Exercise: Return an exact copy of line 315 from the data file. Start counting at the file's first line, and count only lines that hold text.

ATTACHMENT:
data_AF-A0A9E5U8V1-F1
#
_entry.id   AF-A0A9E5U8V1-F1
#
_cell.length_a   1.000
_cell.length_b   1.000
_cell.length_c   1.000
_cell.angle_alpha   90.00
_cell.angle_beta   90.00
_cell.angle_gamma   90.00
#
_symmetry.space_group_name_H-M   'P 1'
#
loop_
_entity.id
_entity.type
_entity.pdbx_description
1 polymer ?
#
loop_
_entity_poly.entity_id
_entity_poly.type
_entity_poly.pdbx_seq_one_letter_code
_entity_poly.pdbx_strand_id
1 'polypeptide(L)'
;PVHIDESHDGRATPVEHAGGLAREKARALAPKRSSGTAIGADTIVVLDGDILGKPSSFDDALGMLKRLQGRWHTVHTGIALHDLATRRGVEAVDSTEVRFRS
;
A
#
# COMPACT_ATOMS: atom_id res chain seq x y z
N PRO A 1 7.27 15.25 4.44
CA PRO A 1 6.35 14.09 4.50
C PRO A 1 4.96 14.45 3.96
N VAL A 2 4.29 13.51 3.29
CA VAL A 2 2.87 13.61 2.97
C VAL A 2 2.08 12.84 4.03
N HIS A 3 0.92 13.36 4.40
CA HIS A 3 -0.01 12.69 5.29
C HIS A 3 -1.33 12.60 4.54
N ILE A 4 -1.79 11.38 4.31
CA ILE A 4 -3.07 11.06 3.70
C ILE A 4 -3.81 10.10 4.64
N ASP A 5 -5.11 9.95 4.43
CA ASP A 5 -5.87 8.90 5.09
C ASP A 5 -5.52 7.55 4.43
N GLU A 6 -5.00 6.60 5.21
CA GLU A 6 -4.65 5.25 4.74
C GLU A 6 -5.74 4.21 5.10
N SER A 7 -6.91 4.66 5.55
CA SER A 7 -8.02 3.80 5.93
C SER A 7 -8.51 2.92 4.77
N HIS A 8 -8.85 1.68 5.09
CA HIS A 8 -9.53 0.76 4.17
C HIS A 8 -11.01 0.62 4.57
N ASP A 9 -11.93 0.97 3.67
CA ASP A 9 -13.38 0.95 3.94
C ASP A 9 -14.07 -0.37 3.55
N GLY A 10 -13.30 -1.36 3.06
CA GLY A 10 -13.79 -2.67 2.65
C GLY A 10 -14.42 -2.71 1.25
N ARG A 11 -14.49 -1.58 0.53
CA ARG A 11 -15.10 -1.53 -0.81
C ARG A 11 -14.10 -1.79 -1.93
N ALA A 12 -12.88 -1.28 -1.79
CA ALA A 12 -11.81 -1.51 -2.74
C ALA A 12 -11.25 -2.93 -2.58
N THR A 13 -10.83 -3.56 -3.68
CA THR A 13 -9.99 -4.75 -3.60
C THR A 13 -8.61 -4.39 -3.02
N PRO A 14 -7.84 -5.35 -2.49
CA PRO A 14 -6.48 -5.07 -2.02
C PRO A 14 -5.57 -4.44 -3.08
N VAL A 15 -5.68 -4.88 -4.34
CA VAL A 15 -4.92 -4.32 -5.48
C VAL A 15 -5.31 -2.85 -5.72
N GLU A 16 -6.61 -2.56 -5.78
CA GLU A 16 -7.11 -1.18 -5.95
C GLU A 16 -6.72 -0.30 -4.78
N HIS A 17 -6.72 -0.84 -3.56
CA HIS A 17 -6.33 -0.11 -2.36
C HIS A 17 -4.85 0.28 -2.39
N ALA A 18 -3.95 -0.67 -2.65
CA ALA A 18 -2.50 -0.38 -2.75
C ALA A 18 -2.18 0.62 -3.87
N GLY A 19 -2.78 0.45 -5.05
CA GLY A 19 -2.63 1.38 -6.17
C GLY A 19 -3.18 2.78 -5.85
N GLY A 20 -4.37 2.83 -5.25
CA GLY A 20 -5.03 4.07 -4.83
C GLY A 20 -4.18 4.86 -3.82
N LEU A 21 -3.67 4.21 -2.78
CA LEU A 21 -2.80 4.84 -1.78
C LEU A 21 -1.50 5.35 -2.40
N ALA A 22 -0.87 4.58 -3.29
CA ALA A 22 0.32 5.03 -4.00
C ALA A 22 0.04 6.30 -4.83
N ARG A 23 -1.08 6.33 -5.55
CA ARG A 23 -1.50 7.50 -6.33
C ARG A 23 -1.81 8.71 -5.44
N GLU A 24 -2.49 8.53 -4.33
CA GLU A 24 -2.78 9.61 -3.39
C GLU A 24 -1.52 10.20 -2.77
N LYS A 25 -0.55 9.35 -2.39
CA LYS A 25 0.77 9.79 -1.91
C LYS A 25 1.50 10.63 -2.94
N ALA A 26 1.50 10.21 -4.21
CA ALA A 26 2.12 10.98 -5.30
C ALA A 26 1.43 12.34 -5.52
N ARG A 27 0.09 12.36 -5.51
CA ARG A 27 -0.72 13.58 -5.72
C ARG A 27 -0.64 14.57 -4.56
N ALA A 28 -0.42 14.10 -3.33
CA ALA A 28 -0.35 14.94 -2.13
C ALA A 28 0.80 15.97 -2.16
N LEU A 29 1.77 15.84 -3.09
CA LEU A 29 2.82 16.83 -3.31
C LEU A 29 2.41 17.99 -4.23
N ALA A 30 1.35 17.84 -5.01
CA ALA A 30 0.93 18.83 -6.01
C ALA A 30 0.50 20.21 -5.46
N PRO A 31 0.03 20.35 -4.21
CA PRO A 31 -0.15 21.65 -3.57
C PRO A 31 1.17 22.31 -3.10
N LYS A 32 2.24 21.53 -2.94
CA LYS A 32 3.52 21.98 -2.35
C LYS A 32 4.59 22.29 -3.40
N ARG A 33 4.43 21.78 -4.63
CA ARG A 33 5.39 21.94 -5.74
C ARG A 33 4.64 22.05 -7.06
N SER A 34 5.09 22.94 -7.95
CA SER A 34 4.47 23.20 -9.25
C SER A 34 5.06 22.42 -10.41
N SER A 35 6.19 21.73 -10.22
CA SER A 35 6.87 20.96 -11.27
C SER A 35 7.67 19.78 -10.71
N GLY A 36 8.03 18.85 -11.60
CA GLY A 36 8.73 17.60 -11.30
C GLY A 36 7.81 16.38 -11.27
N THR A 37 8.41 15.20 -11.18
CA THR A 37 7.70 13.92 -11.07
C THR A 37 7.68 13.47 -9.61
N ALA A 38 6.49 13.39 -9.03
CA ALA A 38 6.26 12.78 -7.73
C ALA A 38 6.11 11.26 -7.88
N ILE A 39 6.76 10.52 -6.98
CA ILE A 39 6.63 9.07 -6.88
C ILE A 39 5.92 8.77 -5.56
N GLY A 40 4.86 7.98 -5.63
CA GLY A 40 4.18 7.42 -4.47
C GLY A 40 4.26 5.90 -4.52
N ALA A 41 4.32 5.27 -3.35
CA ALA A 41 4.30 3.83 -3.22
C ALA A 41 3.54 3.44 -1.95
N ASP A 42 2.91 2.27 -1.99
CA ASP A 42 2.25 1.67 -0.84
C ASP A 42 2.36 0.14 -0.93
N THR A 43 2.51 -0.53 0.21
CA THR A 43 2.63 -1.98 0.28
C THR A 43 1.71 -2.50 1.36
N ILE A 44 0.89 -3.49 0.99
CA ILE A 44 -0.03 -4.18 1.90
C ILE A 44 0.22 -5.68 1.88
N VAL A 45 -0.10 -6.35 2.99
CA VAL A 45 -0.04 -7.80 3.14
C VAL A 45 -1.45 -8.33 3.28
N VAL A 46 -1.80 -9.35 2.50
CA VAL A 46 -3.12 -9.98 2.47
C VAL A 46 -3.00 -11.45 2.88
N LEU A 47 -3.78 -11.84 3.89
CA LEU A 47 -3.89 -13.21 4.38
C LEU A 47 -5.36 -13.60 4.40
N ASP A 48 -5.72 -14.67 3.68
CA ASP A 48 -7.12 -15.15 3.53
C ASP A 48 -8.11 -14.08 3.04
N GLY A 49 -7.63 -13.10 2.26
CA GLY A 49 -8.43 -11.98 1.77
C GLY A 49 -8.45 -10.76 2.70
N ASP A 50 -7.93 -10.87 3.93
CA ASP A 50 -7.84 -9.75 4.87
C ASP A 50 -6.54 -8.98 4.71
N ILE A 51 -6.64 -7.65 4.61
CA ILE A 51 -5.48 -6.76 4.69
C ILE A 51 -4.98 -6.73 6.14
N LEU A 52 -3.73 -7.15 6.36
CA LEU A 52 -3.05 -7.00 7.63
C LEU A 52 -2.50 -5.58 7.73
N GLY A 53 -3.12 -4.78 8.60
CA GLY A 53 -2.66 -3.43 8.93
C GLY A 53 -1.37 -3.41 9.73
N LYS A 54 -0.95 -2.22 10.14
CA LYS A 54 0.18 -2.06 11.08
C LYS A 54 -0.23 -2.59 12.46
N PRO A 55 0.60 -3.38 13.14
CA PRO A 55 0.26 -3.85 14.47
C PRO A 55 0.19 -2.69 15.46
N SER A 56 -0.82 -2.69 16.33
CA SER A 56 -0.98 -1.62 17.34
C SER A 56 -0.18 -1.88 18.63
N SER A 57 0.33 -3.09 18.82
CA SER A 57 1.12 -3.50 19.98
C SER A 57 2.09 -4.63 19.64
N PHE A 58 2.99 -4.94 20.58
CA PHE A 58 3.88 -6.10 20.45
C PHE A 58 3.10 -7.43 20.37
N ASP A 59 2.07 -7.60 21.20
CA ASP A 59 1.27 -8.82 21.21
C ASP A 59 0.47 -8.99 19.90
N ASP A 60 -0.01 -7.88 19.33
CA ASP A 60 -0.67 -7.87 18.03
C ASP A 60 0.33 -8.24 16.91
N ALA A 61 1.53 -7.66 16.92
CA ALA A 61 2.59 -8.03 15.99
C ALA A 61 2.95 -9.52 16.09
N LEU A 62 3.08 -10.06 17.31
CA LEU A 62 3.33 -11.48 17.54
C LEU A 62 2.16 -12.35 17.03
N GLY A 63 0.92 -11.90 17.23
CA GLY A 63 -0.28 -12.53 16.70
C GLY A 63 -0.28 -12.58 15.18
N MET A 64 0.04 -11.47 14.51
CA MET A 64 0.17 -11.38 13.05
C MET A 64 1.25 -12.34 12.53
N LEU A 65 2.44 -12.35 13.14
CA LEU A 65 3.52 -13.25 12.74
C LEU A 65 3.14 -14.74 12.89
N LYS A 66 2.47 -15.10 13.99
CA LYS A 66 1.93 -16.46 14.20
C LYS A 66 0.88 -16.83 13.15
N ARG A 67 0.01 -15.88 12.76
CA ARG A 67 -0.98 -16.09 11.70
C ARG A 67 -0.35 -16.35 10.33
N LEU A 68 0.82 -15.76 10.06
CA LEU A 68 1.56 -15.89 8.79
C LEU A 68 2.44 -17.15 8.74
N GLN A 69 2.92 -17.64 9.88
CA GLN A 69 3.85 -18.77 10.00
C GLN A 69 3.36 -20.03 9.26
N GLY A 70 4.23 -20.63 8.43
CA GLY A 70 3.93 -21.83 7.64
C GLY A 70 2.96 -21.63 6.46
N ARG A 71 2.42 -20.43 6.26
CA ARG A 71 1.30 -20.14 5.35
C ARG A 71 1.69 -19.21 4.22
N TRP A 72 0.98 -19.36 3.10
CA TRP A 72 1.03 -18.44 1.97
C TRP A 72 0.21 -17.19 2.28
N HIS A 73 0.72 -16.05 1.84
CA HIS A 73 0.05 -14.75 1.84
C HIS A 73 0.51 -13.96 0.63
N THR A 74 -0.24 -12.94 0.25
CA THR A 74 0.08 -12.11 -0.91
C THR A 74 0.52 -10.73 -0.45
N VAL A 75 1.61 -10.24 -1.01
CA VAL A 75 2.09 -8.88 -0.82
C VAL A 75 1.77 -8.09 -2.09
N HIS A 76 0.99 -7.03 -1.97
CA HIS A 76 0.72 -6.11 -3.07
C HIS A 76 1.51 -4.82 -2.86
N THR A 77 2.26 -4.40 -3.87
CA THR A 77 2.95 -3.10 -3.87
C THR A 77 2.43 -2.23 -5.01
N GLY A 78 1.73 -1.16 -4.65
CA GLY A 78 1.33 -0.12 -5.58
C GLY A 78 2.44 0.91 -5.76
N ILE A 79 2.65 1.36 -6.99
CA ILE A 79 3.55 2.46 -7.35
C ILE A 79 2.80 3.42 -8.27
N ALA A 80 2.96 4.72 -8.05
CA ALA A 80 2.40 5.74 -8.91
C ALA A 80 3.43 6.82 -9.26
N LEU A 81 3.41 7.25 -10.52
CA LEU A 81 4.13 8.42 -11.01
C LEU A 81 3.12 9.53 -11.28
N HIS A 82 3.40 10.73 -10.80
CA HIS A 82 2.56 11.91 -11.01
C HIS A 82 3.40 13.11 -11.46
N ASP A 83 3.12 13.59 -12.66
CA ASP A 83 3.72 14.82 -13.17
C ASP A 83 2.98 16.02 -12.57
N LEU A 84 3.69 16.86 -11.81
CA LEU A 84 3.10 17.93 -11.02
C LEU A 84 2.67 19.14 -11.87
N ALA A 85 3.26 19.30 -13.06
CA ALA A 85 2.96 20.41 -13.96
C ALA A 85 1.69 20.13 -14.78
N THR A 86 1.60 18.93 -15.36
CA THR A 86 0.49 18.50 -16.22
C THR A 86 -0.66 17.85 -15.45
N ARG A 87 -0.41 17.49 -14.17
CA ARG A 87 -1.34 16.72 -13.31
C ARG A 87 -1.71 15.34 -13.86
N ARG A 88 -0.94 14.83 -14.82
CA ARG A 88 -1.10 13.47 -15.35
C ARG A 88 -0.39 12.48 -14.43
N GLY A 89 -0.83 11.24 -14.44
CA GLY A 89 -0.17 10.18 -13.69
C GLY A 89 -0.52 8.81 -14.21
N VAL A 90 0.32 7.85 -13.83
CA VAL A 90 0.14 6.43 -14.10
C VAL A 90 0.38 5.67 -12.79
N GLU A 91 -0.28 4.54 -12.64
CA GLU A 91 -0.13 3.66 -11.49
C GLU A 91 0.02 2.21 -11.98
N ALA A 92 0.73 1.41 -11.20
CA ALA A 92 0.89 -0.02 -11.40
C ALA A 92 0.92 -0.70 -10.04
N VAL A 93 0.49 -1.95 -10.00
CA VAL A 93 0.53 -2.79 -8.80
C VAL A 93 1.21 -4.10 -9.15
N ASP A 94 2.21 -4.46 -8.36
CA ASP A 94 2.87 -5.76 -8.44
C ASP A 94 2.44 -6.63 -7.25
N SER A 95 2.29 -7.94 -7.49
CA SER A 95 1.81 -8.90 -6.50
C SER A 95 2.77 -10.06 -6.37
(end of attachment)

C SER A 95 2.77 -10.06 -6.37